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and intemperance and exaggeration fucceed better than calmness and moderation. We are told, that it is impoffible for the narrator of the events and circumstances of his own times to be impartial, and that things, in proportion as they are viewed through the coloured and distorting medium of prejudice, will be more or lefs mifrepresented.

This pofition, indeed, I am by no means difpofed to controvert. Of the fubject of the following Letters I would fay, Periculofum eft credere et non credere. Real information is important, but it is hard to point out where this information is to be obtained. Each party has its appropriate tale, and is prepared to reply to every statement from the oppofite quarter,

"It is not fo, thou haft mis-spoke, mif-heard; "Be well advis'd; tell o'er thy tale again.

"It cannot be.

"I trust I may not trust thee."


The man who wishes to approximate his opinion as nearly as poffible towards the truth, will perufe every profeffed partywriter with diftruft, and compare and analize the difcordant accounts of the fame tranfactions. He may, after all, be more dif pofed to form his judgment by combining a number of detached and apparently unimportant details, than by the ftudied narrative of the fyftematic hiftorian; he may prefer a flight sketch taken en passant and without any profeffed object, to a more laboured picture by the hand of a party artist.

To every person of this description the Letters which I am here presenting to the Public will be acceptable. Though they may not be strictly impartial, they appear to have been written under no reprehensible impreffion. They abound more in plain undecorated narrative, than in deep and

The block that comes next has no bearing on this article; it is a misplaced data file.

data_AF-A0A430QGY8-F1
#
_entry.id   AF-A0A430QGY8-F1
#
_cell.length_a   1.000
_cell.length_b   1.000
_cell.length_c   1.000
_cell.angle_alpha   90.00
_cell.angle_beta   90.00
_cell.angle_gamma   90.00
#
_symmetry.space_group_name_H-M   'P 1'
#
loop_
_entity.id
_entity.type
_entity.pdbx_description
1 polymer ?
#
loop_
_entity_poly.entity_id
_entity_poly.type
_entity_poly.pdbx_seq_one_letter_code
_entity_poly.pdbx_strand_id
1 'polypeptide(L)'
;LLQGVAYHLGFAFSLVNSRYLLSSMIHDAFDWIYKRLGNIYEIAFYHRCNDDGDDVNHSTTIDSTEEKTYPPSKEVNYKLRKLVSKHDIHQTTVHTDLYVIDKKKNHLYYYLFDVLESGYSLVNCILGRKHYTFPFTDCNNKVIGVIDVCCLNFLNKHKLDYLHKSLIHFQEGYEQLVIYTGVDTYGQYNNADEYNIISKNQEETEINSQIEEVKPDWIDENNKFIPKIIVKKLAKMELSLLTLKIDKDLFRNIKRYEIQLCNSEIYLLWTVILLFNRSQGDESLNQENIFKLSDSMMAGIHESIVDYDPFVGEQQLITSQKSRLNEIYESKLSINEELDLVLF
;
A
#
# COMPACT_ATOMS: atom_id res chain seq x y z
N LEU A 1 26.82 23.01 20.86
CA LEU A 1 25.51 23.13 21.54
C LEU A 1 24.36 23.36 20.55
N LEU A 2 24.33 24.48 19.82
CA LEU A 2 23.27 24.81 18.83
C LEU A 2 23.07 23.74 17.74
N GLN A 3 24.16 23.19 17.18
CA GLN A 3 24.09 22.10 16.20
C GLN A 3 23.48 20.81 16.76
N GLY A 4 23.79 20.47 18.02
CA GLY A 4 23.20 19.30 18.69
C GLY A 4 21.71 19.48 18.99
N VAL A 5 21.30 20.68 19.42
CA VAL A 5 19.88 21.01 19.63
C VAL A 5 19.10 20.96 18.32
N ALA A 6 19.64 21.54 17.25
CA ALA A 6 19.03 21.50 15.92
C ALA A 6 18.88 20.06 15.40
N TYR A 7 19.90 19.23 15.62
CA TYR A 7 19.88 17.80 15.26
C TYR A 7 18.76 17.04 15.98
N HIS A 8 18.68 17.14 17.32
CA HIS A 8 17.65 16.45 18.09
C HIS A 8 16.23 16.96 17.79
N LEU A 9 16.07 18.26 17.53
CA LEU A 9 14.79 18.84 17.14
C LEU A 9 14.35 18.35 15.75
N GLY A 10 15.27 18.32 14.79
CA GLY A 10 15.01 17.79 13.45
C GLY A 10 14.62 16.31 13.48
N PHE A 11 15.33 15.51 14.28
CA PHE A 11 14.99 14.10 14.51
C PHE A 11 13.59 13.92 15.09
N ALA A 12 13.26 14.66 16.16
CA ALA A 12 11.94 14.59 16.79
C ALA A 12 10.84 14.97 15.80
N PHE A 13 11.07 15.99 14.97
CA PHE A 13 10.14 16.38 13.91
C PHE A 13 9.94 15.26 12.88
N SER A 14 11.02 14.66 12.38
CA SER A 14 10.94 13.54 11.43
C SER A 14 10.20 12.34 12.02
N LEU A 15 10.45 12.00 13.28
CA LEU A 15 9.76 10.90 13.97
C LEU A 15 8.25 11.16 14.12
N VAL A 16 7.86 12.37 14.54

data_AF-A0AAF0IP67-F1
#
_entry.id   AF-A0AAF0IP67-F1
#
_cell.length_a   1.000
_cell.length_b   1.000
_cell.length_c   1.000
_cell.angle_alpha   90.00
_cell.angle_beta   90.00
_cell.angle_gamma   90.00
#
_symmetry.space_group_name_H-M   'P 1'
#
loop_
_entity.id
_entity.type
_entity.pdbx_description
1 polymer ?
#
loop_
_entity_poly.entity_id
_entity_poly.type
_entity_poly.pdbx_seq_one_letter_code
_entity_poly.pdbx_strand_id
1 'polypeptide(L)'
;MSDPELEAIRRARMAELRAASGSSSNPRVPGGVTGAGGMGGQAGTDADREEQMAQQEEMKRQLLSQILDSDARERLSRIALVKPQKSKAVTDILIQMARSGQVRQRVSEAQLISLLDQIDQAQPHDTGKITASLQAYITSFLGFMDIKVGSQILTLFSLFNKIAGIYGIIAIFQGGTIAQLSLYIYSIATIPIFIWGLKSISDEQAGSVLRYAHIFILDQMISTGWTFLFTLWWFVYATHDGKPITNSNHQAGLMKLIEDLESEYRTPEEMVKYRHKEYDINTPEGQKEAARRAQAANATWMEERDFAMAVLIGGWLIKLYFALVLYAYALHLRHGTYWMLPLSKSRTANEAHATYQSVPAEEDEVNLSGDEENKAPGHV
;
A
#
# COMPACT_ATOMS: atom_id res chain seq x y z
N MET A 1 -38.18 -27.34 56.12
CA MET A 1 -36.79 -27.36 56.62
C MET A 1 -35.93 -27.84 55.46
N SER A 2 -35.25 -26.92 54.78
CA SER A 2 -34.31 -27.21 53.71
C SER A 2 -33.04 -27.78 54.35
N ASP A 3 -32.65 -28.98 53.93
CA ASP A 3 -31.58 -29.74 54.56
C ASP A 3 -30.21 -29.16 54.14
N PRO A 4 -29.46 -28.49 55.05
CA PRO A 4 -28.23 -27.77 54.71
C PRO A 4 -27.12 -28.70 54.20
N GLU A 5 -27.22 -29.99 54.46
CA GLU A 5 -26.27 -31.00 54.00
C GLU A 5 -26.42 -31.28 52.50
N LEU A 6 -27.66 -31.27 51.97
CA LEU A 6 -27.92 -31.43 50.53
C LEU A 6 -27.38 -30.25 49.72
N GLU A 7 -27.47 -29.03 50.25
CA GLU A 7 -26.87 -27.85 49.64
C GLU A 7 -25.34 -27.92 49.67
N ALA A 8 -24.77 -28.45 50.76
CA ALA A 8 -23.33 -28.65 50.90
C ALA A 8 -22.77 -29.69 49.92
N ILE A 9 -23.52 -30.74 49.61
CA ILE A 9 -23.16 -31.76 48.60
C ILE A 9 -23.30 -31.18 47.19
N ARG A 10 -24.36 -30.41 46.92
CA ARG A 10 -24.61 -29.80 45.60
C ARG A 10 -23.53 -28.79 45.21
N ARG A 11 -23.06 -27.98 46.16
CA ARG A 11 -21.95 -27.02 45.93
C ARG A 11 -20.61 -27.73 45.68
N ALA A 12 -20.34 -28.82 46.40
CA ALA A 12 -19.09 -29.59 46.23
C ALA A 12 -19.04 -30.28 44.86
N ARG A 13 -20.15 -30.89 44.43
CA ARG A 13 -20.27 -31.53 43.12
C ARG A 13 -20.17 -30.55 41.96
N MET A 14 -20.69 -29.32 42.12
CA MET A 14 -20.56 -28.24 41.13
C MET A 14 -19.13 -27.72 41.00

pointed reflection; and are fimply the Journal of an English Lady, who was lately making a tour through France, in company with her husband, a military gentleman, and a foreigner, but who, neverthelefs, had refided in a flattering fituation feveral years in England. They were addreffed to a Lady of Fashion attached to one of the branches of the Royal Family, and have been hands to prepare them for the prefs ;-having been thought to contain fome information, which, in these times, would not be unacceptable to the Public.

put into


Being a mere Journal, written on "the 'fpur of the occafion," without any regard to ftyle and arrangement, and containing a number of private as well as public matters, they required fome abridgment and correction to fit them for Publication. I have been requested to undertake

take the office of Editor, and I hope that I have not done more than the ftate of the Letters, when put into my hands, required. I have intitled them-A Sketch of Modern France, though every part of their contents may not answer this title,-have affixed a motto,-and given a plain tranflation of the French paffages. I am

forry not to be permitted to mention either the name of the Lady who wrote them, or that of the Lady to whom they were addreffed, as this has obliged me reluctantly to put my own in the title in order to authenticate the publication.

Though, however, I ftand forward to declare the publication to be, what it pretends to be, the Letters of a Lady written. in France and partly in Switzerland, during the years 1796 and 1797,-I cannot be fuppofed to be anfwerable for the truth of the facts related. I can only affure the


Public, that the Lady who wrote them is truly amiable and refpectable; and that, though it may be poffible for her to be impofed on and deceived, I cannot believe that fhe would knowingly impofe on or deceive any one, especially a friend.


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